Bleach can rapidly remove stubborn ink residue, but will also aggressively attack metals. Some advocate using it to blacken faded hard rubber, but it will often leave a coarse, porous surface that is both unsightly and unmistakable, and its effects on mottled and ripple hard rubber are even worse. Long-term effects of bleach on hard rubber are unknown. Keep bleach far away from gold and other metal pen parts. Even very dilute solutions (and bleach vapors) can cause rapid embrittlement, including spontaneous cracking.

Sometimes you will run across a pen that has been badly clogged by being filled with a solvent-based ink not meant for fountain pens. Be very careful before using alcohol to remove the ink residue; while it is safe on hard rubber, it will dissolve or soften most pen plastics (and if applied to old Pelikan barrels, can cause immediate crazing). Avoid proprietary cleaning solutions such as 409 and Windex they contain a witch's brew of chemicals, many of which are known to be harmful to pen plastics. Koh-I-Noor technical pen cleaning fluid comes highly recommended for removing India ink from fountain pens, particularly when used in an ultrasonic cleaner.


Do not remove the nib and feed from a section without good reason. If you do, mark their location, since they were likely heat-set. Most cleaning can be accomplished without full disassembly, by soaking, scrubbing with an old toothbrush, and flushing using a rubber bulb. Clogged feed channels can usually be cleared using a length of fine piano wire. An ultrasonic cleaner is very useful for cleaning nib assemblies, but don't use one with a Parker 61, as it can easily dislodge the inlaid arrow.

Sections are much stronger with a feed inserted. Take the feed out, and a section is easily cracked when grasped with section pliers or strong fingers. The same applies to an even greater degree to sections with interchangeable screw-in nib units - Wahl-Eversharps, Esterbrooks, and Pelikans, for example.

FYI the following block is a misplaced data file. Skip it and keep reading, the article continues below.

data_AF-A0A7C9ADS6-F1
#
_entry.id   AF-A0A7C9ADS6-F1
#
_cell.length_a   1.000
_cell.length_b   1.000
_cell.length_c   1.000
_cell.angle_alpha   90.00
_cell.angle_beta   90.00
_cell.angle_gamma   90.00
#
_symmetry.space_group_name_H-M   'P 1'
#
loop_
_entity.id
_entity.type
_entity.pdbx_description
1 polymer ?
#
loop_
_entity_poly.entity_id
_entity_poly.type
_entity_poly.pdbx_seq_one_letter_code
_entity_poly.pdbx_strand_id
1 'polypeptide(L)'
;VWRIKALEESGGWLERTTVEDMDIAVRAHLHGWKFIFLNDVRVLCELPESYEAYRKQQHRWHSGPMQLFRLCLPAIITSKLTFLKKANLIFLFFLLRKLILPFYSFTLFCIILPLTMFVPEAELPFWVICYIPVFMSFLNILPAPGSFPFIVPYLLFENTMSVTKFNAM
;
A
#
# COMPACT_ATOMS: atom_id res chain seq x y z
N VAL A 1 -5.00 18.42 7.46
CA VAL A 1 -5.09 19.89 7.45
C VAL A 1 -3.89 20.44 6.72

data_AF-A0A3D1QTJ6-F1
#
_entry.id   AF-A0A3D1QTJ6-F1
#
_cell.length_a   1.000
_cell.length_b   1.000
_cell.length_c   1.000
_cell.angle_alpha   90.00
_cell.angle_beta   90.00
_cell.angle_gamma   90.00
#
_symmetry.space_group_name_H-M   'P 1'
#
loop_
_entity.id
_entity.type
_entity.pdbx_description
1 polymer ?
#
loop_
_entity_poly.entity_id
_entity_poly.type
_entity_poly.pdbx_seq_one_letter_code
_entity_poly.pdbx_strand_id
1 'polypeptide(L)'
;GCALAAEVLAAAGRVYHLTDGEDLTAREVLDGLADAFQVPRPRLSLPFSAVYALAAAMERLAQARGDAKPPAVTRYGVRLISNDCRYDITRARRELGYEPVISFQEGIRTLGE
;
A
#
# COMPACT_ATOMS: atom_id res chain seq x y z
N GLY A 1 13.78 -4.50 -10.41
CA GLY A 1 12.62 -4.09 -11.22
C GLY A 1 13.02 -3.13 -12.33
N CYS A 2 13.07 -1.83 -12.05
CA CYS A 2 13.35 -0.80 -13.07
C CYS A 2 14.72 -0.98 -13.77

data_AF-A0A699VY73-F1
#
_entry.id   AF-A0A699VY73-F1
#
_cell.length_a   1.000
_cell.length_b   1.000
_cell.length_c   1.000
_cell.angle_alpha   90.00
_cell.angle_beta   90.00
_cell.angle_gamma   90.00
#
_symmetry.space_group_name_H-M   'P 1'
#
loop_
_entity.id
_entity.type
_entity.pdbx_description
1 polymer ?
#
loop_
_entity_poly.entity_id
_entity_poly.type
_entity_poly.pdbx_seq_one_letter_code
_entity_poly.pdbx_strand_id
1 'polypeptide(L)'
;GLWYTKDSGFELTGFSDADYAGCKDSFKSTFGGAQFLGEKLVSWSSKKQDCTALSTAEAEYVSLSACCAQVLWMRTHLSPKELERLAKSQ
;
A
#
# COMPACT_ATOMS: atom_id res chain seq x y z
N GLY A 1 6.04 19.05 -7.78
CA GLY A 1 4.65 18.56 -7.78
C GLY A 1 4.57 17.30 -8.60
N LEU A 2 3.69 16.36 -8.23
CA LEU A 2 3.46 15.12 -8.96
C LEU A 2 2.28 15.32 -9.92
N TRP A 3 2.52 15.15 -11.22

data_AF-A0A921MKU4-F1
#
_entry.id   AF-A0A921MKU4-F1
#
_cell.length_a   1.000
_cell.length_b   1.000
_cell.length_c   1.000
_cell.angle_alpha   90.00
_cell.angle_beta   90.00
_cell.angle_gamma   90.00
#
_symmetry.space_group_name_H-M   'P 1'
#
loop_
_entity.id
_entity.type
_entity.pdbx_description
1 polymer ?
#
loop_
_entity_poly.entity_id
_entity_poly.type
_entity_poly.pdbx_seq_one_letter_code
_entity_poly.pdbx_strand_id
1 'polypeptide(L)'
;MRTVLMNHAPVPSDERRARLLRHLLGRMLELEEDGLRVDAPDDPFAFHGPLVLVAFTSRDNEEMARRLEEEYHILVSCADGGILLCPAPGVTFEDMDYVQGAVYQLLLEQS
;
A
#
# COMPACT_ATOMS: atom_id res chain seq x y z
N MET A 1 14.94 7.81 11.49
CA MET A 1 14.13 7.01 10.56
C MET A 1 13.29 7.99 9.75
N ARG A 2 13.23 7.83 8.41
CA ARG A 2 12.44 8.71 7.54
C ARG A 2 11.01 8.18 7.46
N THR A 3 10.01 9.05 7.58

Wiggling a nib in or out of a section is stressful and can lead to cracking. Soak the assembly in soapy water first, heat it, then use a block and punch set to drive out the feed. Use a small punch; a big punch has too little clearance, and may end up breaking the nipple. If you cannot use a punch, as with a long-tailed feed like Parker's Lucky Curve, place a thin rubber strip over the base of the nib for more control and less stress on the tips. Warming the section will reduce brittleness and risk of breakage, and will slightly loosen the fit as the section expands. Do not use a block and punch with early eyedropper sections that are very thin at the mouth; in such cases, as with Lucky Curve feeds, wiggling or pulling is the only option, and the use of heat more critical.

Do not use a knife, razor blade, feeler gauge, or shim stock to adjust the gap of a nib's tines. Marring the interior surfaces of a nib's slit may interfere with its ability to conduct ink to the tip, and wedging the tines apart also focuses considerable stress on the area around the vent hole -- a location already susceptible to stress cracking.

Watch that tipping material! It is often very brittle and easy to break off. Don't grip the tipping material with pliers, and don't use it as a fulcrum to adjust the nib (apply bending force right behind the tips instead).

When soaking a pen, don't drop it into a glass container nib first. Plastic is safer for the tipping material; still, put the pen in gently. If you use an ultrasonic cleaner, don't let the tip of the nib touch any hard surfaces. If it does, the vibrations can sometimes be enough to break it off. Smoothing a nib on a stone is more risky than using a more yielding abrasive; use minimal pressure, and work slowly. Nibs that are deformed so that the tips cross should be handled with special care. A small scrap of thin plastic or paper between the tips will protect the tipping material from being scissored off until the nib can be straightened.